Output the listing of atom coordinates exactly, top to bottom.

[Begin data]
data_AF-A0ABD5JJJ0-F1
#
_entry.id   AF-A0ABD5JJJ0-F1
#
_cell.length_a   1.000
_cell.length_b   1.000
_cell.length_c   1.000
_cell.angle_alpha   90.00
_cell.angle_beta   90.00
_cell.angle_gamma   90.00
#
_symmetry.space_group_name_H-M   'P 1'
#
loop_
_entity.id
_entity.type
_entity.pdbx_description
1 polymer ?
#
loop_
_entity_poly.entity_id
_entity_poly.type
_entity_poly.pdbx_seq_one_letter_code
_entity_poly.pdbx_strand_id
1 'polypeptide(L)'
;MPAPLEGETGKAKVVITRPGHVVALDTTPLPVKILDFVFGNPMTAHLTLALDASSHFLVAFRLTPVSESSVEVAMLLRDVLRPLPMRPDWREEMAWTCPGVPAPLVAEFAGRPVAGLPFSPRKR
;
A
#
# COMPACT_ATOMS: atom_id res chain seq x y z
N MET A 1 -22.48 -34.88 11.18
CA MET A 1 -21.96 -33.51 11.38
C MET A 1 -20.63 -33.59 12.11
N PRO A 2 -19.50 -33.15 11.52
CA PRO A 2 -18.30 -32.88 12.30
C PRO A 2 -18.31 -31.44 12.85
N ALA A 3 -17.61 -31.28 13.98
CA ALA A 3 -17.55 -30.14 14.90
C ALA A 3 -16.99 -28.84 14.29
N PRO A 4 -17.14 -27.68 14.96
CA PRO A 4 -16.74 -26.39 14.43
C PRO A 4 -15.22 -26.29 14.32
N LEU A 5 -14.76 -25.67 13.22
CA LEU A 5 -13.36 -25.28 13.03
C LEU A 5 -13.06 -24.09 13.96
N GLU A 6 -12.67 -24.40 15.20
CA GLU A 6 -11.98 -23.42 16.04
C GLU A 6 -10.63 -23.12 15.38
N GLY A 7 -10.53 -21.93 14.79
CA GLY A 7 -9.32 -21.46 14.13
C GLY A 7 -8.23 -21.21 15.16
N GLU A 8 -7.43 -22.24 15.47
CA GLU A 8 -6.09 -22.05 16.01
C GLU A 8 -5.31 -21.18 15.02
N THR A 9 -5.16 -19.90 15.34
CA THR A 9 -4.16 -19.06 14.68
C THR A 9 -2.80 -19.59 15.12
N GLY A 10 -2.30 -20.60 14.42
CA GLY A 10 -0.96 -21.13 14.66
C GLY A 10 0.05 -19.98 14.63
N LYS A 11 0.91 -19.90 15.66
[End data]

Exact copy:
data_AF-A0ABD5JJJ0-F1
#
_entry.id   AF-A0ABD5JJJ0-F1
#
_cell.length_a   1.000
_cell.length_b   1.000
_cell.length_c   1.000
_cell.angle_alpha   90.00
_cell.angle_beta   90.00
_cell.angle_gamma   90.00
#
_symmetry.space_group_name_H-M   'P 1'
#
loop_
_entity.id
_entity.type
_entity.pdbx_description
1 polymer ?
#
loop_
_entity_poly.entity_id
_entity_poly.type
_entity_poly.pdbx_seq_one_letter_code
_entity_poly.pdbx_strand_id
1 'polypeptide(L)'
;MPAPLEGETGKAKVVITRPGHVVALDTTPLPVKILDFVFGNPMTAHLTLALDASSHFLVAFRLTPVSESSVEVAMLLRDVLRPLPMRPDWREEMAWTCPGVPAPLVAEFAGRPVAGLPFSPRKR
;
A
#
# COMPACT_ATOMS: atom_id res chain seq x y z
N MET A 1 -22.48 -34.88 11.18
CA MET A 1 -21.96 -33.51 11.38
C MET A 1 -20.63 -33.59 12.11
N PRO A 2 -19.50 -33.15 11.52
CA PRO A 2 -18.30 -32.88 12.30
C PRO A 2 -18.31 -31.44 12.85
N ALA A 3 -17.61 -31.28 13.98
CA ALA A 3 -17.55 -30.14 14.90
C ALA A 3 -16.99 -28.84 14.29
N PRO A 4 -17.14 -27.68 14.96
CA PRO A 4 -16.74 -26.39 14.43
C PRO A 4 -15.22 -26.29 14.32
N LEU A 5 -14.76 -25.67 13.22
CA LEU A 5 -13.36 -25.28 13.03
C LEU A 5 -13.06 -24.09 13.96
N GLU A 6 -12.67 -24.40 15.20
CA GLU A 6 -11.98 -23.42 16.04
C GLU A 6 -10.63 -23.12 15.38
N GLY A 7 -10.53 -21.93 14.79
CA GLY A 7 -9.32 -21.46 14.13
C GLY A 7 -8.23 -21.21 15.16
N GLU A 8 -7.43 -22.24 15.47
CA GLU A 8 -6.09 -22.05 16.01
C GLU A 8 -5.31 -21.18 15.02
N THR A 9 -5.16 -19.90 15.34
CA THR A 9 -4.16 -19.06 14.68
C THR A 9 -2.80 -19.59 15.12
N GLY A 10 -2.30 -20.60 14.42
CA GLY A 10 -0.96 -21.13 14.66
C GLY A 10 0.05 -19.98 14.63
N LYS A 11 0.91 -19.90 15.66